The launching of cheap, pocket-sized spirometers, with data storage capability, has made patient- .... patients had to continue registration beyond the end.
(1996) 90, 131-138
Patient-administered sequential spirometry in healthy volunteers and patients with a,-antitrypsin deficiency F. MADSEN?,
C. S. ULRIK*,
A. DIRKSEN *, K. K. HANSEN*, K. VISKUM*
of Pulmonary Medicine, RHIMA-Centre,
N. H. NIELSEN*, AND A. KOK-JENSEN*
Bispebjerg Hospital, and TDepartment of Pulmonary Rigshospitalet, Copenhagen, Denmark
The launching of cheap, pocket-sized spirometers, with data storage capability, has made patient-administered sequential spirometry (PASS) an attractive method of monitoring ventilatory capacity. At present, little information is available on the quality of PASS, compared to laboratory spirometry. The aim of this study was to investigate whether patients could perform PASS without loss of reliability and reproducibility as compared with traditional laboratory spirometry. Ten healthy volunteers performed spirometry for 1 month and 10 emphysematous patients with aiantitrypsin deficiency (type PiZ) performed spirometry twice daily for up to 2 yr. To fulfil Good Clinical Practice criteria on full data documentation, a traditional direct recording spirometer, the Vitalograph R-model, was used. A decompression device was used for calibration and a 3.8% annual drift in volume registration was noted. This drift was largest for the first year. After training, all patients were able to perform unsupervised spirometry, producing technically correct forced expiratory curves. Reproducibility of FEV, and FVC obtained by PASS was found to be as good as for laboratory spirometry. After adjustment for the diurnal variation, the residual variation of FEV, was 2.5% (range 164.2%) for healthy volunteers and 5.6% (range 4.2-7.7%) for emphysematous patients. Forced vital capacity showed the same pattern. In conclusion, PASS is possible in highly motivated individuals without loss of reliability and reproducibility when compared to laboratory spirometry.
Introduction Dynamic spirometry of acceptable quality has been restricted to laboratories until recently. With the introduction of small, pocket-sized spirometers, patient-administered sequential spirometry (PASS) has become an interesting alternative to laboratory spirometry. However, before PASS is used for clinical evaluation of patients and research, both the equipment and methods should be standardized. A tremendous amount of work has been put into the standardization of laboratory spirometry by individual researchers as well as by national and international scientific societies (l-l 1). This work has Received
12 June 1995 and accepted
TAutha to whom correspondence Centre Rigshospitalet, Sektion Copenhagen N, Denmark. 0954-6111/96/030131+08
14 June 1995.
should be addressed at: RHIMA7551, Tagensvej 20, DK-2200
resulted in detailed specifications for equipment and testing procedure leading to highly accurate and reproducible results. At present, it seems unlikely that equipment and testing protocols for laboratory spirometry will improve much in the near future. In contrast to laboratory spirometry, knowledge about the possibilities and limitations of PASS is just emerging. Patient-administered sequential spirometry has been successfully used in the monitoring of lung transplants (12,13), but no information on the reliability of PASS was available until recently (14). As part of a European controlled clinical trial of a,-antitrypsin augmentation therapy (15) it has been essential to initiate a standardization process for PASS. In 1989, when this study was designed, very little information was available on patient performance during unsupervised forced expiratory manoeuvres (16) and furthermore the stability of the 0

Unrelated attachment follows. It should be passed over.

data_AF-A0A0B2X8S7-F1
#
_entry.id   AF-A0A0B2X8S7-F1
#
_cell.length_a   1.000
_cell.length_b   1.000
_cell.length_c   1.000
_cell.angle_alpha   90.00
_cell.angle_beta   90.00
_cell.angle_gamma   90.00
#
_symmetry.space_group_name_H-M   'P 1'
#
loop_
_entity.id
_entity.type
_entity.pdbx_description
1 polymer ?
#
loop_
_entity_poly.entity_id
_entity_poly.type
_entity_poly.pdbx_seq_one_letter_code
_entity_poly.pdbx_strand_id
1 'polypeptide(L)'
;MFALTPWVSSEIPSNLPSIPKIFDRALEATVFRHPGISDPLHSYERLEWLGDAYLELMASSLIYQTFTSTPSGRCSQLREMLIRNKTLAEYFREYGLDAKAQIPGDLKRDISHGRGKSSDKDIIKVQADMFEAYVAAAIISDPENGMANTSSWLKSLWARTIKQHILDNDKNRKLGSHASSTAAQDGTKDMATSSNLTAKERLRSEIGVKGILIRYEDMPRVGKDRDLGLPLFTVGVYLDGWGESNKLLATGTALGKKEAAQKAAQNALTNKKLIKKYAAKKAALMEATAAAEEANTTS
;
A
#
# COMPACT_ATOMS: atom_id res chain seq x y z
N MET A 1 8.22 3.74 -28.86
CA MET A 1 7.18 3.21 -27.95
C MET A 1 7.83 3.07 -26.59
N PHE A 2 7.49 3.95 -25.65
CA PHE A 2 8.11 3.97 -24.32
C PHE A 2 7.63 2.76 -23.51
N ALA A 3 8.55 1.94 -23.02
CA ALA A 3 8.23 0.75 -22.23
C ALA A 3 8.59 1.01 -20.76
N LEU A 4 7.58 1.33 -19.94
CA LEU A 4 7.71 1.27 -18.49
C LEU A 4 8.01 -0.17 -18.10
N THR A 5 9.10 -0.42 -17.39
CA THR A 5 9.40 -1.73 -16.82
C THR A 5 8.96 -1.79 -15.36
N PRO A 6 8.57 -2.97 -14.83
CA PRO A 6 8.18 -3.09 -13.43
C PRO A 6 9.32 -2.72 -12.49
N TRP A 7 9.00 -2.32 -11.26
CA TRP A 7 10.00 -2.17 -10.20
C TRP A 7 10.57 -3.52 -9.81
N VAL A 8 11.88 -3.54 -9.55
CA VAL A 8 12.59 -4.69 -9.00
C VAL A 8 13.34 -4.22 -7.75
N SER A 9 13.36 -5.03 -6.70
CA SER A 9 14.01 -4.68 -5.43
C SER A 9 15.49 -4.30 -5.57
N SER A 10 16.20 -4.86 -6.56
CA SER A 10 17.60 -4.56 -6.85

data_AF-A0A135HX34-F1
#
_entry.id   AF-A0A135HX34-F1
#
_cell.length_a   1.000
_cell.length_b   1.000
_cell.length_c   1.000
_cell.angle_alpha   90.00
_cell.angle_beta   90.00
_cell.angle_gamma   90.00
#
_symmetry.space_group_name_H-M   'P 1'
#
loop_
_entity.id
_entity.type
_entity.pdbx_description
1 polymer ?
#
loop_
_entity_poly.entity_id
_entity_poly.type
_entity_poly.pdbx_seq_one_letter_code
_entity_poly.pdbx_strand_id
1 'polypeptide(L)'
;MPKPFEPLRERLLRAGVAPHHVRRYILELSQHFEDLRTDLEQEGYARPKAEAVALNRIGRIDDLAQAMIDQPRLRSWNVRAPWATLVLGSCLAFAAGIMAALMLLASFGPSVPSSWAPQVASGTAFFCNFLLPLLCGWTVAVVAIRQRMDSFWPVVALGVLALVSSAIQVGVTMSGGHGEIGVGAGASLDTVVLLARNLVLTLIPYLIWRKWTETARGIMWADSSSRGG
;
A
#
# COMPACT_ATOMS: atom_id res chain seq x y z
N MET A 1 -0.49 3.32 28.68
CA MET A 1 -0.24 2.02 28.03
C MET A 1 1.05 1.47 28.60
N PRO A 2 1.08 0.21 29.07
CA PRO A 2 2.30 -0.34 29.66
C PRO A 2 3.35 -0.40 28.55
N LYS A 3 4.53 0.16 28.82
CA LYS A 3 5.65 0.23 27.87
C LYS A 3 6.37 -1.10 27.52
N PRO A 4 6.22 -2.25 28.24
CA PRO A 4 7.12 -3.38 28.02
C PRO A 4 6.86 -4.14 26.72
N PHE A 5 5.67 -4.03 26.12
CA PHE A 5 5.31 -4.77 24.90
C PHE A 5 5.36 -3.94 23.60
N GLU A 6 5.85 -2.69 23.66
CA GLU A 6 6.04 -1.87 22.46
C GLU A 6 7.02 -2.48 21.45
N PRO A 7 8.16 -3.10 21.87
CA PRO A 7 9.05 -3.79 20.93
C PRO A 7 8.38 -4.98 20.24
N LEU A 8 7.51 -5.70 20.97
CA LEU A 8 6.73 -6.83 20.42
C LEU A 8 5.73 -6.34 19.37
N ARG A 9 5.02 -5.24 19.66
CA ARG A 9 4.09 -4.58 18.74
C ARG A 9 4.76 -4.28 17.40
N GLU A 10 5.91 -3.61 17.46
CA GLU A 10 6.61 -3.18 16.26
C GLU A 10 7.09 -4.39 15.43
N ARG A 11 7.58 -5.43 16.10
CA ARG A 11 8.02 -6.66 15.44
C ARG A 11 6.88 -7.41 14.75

1996 W. B. Saunders
F Madsen et al.
I Subject characteristicsand pulmonary function variables
Age (years) Height (m) FEV, (1) FVC (1) FEV,% pred. (“!)
40.8 1.81 4.31 519 108.0
9.48 0.10 0.64 0.87 12.1
41.1 1.72 1.66 4.50 51.5
10.0 0.06 0.48 1.35 11.4
pocket-sized spirometers was virtually unknown. Therefore, it was essential that both methods and spirometers used for PASS were tested scientifically, as has been the case for commercial spirometers used in laboratories (17). Today the main interest on PASS equipment focuses on hand-held, pocket-sized spirometers, but it has only recently become possible to collect data which makes a judgement of the quality of the expiratory manoeuvre possible. Before accepting results obtained with a pocketsized spirometer, documentation of the patients’ ability to perform correct forced expiratory manoeuvres unsupervised, as well as data on short- and long-term stability of the equipment, is needed. In 1991, no pocket-sized spirometers met these demands (12, 13, 18, 19). Consequently, instead of using this type of spirometer in a long-term clinical trial (15), a well-tried, direct writing, wedge spirometer was used in this study in order to assure the quality of PASS, and thereby fulfil Good Clinical Practice (GCP) criteria on data documentation (20). The aim of the present study was to investigate whether PASS could be performed unsupervised: (1) with correct expiratory technique; and (2) without loss of reliability and reproducibility compared to laboratory spirometry. Material STUDY
and Methods POPULATION
The study population consisted of 10 healthy subjects and 10 patients with severe a,-antitrypsin deficiency (phenotype PiZ) and moderate emphysema [35%